The Coronavirus and its associated language and terminology is almost certainly on the tip of everyone’s tongue. We have all heard of and are (hopefully) practicing social distancing to prevent further spread of COVID-19.
Unfortunately, it maybe that this virus pandemic is clearing an unwelcome path for an emotional pandemic to follow in its wake. Whilst the general public are on the whole complying with measures to ‘flatten the curve’, recent research data, indicate an increase in the number of cases of people feeling overwhelming anxiety.
What is anxiety?
It is in fact a useful human emotion; it occurs when we face a potentially harmful threat or trigger. Not only are feelings of anxiety normal, it is necessary for our survival.
In essence, our minds perform a risk assessment on a perceived threat/trigger causing a release of specific stress hormones (adrenaline and cortisol) resulting in excessive perspiration; heavy, fast breathing; rapid heartbeat; stomach pains; shaking; dry mouth and alike. Our body and mind prepare to physically confront or flee any potential threats to our safety, referred to as the ‘fight or flight’ response. Once a perceived threatening situation has been resolved, our bodies and thoughts return to normal.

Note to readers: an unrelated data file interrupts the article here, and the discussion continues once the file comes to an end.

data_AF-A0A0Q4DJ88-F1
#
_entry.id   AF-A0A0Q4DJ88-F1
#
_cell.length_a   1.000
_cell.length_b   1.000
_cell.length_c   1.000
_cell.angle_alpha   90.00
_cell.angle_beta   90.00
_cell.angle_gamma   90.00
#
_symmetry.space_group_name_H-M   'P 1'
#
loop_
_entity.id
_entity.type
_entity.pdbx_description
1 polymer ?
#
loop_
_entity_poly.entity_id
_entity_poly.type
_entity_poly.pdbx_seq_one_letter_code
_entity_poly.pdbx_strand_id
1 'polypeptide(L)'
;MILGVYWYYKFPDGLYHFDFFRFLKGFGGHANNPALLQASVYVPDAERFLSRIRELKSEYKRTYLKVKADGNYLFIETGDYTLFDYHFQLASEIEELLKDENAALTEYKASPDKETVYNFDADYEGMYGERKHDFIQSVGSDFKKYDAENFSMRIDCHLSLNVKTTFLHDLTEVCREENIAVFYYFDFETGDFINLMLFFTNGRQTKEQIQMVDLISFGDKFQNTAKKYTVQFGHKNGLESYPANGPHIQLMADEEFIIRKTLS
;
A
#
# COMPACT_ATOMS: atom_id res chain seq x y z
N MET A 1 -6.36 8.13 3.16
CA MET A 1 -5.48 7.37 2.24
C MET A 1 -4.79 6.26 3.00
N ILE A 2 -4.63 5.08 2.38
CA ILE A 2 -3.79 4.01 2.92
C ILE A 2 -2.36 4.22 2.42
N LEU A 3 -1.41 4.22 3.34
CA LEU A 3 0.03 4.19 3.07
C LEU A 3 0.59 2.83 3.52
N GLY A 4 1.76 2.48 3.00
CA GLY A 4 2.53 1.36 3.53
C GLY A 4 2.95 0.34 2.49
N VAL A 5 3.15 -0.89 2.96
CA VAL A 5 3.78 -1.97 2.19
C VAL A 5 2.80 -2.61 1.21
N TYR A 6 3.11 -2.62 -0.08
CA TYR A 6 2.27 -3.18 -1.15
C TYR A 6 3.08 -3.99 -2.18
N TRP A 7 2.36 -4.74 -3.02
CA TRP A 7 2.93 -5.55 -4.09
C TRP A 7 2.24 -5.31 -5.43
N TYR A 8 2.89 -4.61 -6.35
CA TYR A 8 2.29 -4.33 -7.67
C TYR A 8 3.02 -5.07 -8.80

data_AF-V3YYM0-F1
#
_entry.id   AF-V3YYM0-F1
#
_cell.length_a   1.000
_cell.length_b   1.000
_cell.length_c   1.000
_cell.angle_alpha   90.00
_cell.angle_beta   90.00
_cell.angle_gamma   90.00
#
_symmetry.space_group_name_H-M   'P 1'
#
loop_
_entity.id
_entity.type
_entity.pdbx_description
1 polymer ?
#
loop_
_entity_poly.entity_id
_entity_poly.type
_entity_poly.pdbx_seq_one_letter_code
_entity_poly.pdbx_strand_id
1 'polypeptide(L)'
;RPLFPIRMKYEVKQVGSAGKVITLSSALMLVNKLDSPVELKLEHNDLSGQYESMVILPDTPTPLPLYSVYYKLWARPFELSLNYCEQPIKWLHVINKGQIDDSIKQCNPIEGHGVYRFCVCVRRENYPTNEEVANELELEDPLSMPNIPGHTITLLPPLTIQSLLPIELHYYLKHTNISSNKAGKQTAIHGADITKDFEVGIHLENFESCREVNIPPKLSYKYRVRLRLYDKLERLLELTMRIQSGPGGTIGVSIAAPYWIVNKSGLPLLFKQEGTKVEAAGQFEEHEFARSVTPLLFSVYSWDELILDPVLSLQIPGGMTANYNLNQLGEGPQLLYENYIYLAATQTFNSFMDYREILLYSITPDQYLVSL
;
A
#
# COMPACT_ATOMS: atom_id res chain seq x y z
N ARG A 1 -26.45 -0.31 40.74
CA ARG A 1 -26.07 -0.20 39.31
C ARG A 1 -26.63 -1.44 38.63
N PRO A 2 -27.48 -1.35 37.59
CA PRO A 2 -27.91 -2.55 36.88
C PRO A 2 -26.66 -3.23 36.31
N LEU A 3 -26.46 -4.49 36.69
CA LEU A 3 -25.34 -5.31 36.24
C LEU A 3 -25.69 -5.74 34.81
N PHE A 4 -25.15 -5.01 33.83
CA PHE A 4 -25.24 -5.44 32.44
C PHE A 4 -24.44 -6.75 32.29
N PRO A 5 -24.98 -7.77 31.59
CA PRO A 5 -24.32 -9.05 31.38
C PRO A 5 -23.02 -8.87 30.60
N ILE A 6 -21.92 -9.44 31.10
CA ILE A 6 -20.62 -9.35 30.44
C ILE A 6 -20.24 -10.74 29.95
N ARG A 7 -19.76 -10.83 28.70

It is safe to assume that the threat from a sabre toothed tiger is rather less pressing now than it was for our ancestors. Today’s typical anxieties revolve around work, money, health, family or other situations which require our attention, but not necessarily our ‘fight or flight’ reaction. Although this type of anxiety is unpleasant, it is an emotion that is fleeting.